autoevolution

Two Supras Duke It Out on the 1/4 Mile, It's 2020 vs 1993

When I started looking for a sports car to add to my garage a few years ago, I went through quite a few models before deciding on the RX-7. I had driven a Renault Clio RS197 before, but I wanted to get a Japanese car instead. After testing a 2010 Type R, I decided I wanted a turbocharged RWD car instead. But today, I can't help but wonder if the reliability of a modern car wouldn't have made my life a whole lot easier.
Two Supras Duke it Out on the 1/4 Mile, It's 2020 vs 1993 11 photos
Two Supras Duke It Out on the 1/4 Mile, It's 2020 vs 1993Two Supras Duke It Out on the 1/4 Mile, It's 2020 vs 1993Two Supras Duke It Out on the 1/4 Mile, It's 2020 vs 1993Two Supras Duke It Out on the 1/4 Mile, It's 2020 vs 1993Two Supras Duke It Out on the 1/4 Mile, It's 2020 vs 1993Two Supras Duke It Out on the 1/4 Mile, It's 2020 vs 1993Two Supras Duke It Out on the 1/4 Mile, It's 2020 vs 1993Two Supras Duke It Out on the 1/4 Mile, It's 2020 vs 1993Two Supras Duke It Out on the 1/4 Mile, It's 2020 vs 1993Two Supras Duke It Out on the 1/4 Mile, It's 2020 vs 1993
Granted, a 2010 Honda Civic Type R will never be as exciting as a 1991 Turbo II RX-7. But the Type R is most likely a much more reliable machine. And it's going to feel more comfortable while providing more miles to the gallon.

Also, taking the RX-7 out when it's snowing or raining hard, you'll need to be careful with your throttle inputs. But with a modern-day vehicle, you get the benefit of several driving aids to make your life better. Again, less exciting, but probably better.

Choosing between an MK IV Toyota Supra and MK V boils down to one question: what are you hoping to get out of it? An additional question would be: what kind of budget are you willing to spend to bring it up to the desired spec?

These days, a Supra that's packing a 2JZ-GTE engine might set you back more than a brand new one would. It's not uncommon to see one selling for more than $100,000. If you aren't looking at it as a form of investment, you can opt for a NA model and build from there.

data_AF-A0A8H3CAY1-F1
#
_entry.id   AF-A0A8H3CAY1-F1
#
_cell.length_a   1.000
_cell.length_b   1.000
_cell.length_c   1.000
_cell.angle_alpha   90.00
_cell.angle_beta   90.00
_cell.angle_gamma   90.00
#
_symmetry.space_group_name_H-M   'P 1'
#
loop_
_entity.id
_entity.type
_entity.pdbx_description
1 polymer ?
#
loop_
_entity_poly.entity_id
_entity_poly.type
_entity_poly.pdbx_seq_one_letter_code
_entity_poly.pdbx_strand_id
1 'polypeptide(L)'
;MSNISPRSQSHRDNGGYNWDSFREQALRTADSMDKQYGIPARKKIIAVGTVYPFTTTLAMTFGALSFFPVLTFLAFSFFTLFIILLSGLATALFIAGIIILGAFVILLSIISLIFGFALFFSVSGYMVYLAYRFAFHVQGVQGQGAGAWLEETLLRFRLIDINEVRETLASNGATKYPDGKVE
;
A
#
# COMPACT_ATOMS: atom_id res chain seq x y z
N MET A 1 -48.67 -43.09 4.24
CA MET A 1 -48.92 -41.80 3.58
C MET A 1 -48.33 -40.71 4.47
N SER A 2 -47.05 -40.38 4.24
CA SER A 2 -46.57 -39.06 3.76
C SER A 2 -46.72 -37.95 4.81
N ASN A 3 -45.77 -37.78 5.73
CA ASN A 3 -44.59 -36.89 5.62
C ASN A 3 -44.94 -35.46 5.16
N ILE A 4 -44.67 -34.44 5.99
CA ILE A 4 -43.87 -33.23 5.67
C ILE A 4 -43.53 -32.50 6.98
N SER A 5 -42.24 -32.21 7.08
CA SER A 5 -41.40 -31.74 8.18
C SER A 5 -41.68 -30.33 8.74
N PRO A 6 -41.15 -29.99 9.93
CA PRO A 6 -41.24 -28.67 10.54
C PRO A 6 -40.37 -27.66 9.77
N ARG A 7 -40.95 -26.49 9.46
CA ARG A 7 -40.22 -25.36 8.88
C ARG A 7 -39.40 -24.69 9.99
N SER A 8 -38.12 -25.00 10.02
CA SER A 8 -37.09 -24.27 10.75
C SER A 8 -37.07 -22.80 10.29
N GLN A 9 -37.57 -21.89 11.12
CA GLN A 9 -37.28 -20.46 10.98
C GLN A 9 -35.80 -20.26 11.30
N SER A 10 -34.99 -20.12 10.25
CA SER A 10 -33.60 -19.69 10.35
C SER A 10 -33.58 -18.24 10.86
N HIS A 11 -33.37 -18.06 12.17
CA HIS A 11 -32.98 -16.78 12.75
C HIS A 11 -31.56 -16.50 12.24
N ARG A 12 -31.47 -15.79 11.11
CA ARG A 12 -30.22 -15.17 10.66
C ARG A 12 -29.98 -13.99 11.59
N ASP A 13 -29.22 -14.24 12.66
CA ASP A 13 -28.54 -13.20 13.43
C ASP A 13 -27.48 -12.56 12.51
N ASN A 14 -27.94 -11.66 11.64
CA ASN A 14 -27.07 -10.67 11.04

Two Supras Duke It Out on the 1/4 Mile, It's 2020 vs 1993
Let's get one thing straight here, a bone stock, 3.0-liter GR Supra is going to gap a bone stock MK IV all day, every day. Chances are that even the 2.0-liter GR Supra is going to pose a serious threat, be it that we're talking about straight-line performance or going around a racetrack.

So you might tend to choose the older model for its looks, the engine sound, and raw driving experience. And that's fine. But when it comes to reliability, comfort, and straight out of the box performance, the odds are not in its favor.

And today's video is only going to reinforce that statement. Grip levels are less than ideal, and two tuned Supras are about to go head to head down the quarter-mile (402 meters). The 2020 GR Supra is packing roughly 550-hp while still running on the stock ECU.

With a serious set of tires and 20+ years of development compared to its predecessor, it should be quite user-friendly, even on a damp track. The MK IV Supra is nowhere near stock, as you would expect. Other than picking one up in an attempt to make a future profit, it would be a shame not to fiddle around with the engine and chassis.

Two Supras Duke It Out on the 1/4 Mile, It's 2020 vs 1993
And this particular car has one important, modern component inside: a BMW M4 DCT gearbox! A fully built 2JZ-GTE, running a Borg Warner 8374 Turbo, churns out 700-hp. In theory, this MK IV should be faster than the MK V, at least while going down a straight line.

But a standing start isn't its strong point, especially in the wet. Run after run, the newer Supra comes out on top. The MK V records a fast run of 12.38 seconds, with a trap speed of 125 mph (201 kph). The MK IV is 0.67 seconds to the finish line, but there's still hope left.

The rolling race should provide an equal fighting chance for the older, more powerful car. Keeping 700-hp in check is not always as easy as it sounds, and the MK V Supra wins the first run. The driver of the MK IV is not about to quit just yet, and he manages to win both of the last runs.

Granted, the gap isn't that impressive, but the score is now even. Now, you have to ask yourself: if you're aiming for real-life performance with added comfort and reliability, is an older Toyota Supra still a sensible option?



 
 
 
 
 

Would you like AUTOEVOLUTION to send you notifications?

You will only receive our top stories